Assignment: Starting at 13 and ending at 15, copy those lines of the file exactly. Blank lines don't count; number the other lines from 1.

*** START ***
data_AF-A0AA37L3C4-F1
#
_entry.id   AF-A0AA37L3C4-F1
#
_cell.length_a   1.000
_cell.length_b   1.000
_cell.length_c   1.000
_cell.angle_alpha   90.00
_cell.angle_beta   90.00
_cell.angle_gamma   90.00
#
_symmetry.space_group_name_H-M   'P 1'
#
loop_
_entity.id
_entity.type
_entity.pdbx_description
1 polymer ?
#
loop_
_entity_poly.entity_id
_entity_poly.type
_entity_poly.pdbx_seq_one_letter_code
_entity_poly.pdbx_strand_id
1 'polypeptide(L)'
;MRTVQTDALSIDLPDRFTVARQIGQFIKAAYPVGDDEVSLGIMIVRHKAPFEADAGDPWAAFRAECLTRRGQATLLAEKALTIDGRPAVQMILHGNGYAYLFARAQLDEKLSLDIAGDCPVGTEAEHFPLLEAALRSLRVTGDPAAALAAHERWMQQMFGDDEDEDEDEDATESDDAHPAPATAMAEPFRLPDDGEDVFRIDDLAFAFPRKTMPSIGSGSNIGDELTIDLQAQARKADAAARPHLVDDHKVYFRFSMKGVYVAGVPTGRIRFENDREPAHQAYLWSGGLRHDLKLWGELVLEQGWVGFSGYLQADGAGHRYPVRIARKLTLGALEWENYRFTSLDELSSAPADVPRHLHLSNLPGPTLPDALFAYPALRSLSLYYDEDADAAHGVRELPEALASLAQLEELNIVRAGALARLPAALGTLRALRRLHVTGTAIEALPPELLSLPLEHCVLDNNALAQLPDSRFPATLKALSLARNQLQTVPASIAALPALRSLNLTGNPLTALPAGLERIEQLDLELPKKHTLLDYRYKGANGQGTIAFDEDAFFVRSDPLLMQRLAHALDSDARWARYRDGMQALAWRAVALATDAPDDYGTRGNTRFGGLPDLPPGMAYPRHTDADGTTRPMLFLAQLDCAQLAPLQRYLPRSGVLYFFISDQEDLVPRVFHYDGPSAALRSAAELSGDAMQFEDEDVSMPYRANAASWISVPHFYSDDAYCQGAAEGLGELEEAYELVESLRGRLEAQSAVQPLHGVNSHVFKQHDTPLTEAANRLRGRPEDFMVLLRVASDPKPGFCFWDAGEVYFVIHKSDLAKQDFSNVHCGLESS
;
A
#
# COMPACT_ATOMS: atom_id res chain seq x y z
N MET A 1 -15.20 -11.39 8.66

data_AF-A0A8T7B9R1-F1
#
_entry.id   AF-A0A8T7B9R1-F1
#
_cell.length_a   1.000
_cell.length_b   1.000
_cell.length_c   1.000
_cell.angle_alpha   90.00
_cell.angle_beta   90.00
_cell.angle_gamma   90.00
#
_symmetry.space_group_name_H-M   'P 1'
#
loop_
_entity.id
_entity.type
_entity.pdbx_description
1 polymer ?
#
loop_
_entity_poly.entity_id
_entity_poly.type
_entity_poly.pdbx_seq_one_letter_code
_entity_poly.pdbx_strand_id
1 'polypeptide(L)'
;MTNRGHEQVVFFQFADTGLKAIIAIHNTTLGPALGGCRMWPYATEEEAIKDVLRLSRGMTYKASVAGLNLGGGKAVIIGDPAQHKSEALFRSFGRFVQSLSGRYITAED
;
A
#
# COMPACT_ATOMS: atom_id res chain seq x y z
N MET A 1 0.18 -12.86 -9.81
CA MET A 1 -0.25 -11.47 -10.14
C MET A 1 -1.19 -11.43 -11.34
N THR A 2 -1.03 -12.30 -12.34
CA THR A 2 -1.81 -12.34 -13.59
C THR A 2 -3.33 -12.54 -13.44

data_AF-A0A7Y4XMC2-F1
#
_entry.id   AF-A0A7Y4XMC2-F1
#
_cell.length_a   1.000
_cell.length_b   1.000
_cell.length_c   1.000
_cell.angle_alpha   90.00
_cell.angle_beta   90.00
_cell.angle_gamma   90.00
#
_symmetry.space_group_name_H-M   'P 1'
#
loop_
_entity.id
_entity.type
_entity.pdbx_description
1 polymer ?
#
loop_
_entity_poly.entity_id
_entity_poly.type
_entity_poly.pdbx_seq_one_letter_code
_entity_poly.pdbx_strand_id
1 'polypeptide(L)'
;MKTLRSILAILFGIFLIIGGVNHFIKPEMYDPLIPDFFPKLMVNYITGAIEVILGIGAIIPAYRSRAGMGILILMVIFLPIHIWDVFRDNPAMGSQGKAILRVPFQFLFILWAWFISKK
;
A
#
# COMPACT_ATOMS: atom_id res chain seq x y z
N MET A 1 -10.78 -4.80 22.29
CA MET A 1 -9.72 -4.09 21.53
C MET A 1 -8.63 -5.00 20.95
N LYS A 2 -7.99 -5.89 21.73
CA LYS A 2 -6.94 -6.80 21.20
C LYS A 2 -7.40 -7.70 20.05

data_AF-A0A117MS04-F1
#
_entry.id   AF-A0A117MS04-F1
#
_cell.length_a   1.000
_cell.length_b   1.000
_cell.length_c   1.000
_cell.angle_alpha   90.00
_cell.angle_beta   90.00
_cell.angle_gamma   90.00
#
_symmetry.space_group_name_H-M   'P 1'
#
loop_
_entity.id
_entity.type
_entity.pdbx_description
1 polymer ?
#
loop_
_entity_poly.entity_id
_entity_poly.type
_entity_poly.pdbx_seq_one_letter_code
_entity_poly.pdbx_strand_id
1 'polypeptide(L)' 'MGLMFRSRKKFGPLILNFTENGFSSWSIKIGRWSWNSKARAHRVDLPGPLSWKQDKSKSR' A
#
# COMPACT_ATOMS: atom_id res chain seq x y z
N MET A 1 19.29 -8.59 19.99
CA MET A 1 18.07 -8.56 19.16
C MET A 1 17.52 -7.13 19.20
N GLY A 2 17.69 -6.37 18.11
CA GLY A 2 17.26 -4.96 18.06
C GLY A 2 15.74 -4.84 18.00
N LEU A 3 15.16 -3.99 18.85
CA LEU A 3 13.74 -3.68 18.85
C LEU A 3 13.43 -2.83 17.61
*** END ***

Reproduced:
#
loop_
_entity.id